- Newsletter 208: FFTC’s response to the COVID-19 pandemic
- FFTC's five-decade milestones
The agreement for the establishment of FFTC was based on two documents which were formally signed at Kawana, Japan on June 11, 1969.
The first newsletter was published on September 16, 1970, with the headline on a short course distribution of chemical fertilizers and farmers’ organizations and services for 12 extension workers from Thailand, Malaysia and Vietnam.
The first seminar outside Taiwan was held in Khon Kaen, Thailand. It was a seminar on “Diagnostic Techniques for Soils and Crops”. Photo shows the seminar program.
Dr. Yoshiaki Ishizuka was the first and only Japanese Director to have led the Center from October, 1973 to April, 1975.
The first TAC meeting was held on March 7-8, 1977. It was attended by nine scientists representing Thailand, Japan, Korea, Philippines, Indonesia, Malaysia and Taiwan.
Topics and seminars during this decade expanded to include other areas of agriculture like food marketing systems, cooperative agricultural credit and food situation in Asia, to name a few.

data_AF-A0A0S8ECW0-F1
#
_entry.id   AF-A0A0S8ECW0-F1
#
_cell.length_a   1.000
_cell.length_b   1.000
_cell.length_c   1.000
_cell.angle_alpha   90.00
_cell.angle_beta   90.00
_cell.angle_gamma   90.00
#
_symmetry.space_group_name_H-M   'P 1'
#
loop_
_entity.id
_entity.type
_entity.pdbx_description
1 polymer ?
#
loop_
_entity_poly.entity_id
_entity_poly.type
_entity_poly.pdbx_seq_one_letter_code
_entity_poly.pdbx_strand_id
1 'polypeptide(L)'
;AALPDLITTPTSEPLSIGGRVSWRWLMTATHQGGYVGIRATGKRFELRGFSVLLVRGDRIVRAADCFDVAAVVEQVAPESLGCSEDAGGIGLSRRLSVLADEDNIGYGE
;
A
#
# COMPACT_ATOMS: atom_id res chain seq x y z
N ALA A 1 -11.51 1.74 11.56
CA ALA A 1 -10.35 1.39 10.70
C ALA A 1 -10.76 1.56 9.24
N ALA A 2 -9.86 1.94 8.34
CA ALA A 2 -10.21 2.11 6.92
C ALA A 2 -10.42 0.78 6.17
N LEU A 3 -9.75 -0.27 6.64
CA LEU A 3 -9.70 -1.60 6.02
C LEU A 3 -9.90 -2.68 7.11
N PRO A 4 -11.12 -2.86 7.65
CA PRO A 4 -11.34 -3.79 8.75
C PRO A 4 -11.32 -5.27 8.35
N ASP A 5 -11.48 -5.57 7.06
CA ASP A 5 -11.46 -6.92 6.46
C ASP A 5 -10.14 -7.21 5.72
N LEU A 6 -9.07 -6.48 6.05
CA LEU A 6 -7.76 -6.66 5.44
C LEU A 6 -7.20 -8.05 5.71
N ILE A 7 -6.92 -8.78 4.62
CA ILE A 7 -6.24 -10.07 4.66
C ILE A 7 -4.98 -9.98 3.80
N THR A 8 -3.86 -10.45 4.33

Efforts were made to develop a translation service for Center publications, particularly for the benefit of extension specialists.
The Center extended itself to a more technical direction to provide information necessary for scientists and planners to make effective and wise decisions in their research programs.
Preliminary organization of demonstration plots was strengthened as the management believed that demonstration plots are very effective was to inform partners of new production technologies.
FFTC started the survey of “Greening （Huanglongbin） and Citrus Virus Diseases in Indonesia. That started the Center’s involvement and commitment to rehabilitate the region’s citrus industry through a series of workshops and training courses on diagnosis and indexing of plant viruses using new molecular techniques.
The Center celebrated its 20th Anniversary, which coincided with the 10th TAC meeting. The meeting produced several valuable recommendations like the publication of simple, practical information, rather than the results of scientific research.
FFTC started the training course on Rapid Bioassay of Pesticide Residues (RBPR), a fast technique of testing fruits and vegetables for pesticide residues. Thus began a series of training courses which FFTC embarked on for several years.
The Center’s seminars addressed the problems of Asia’s small family farms in the light of the effects of the World Trade Organization (WTO). Topics included viability of family farms and food security, improved fertilizer efficiency, crop-livestock integration, etc.
FFTC started its online operation via its website. The website has had a lot of updates and improvements since then.
The Center celebrated its 30th anniversary and held an international seminar on the management of agricultural resources.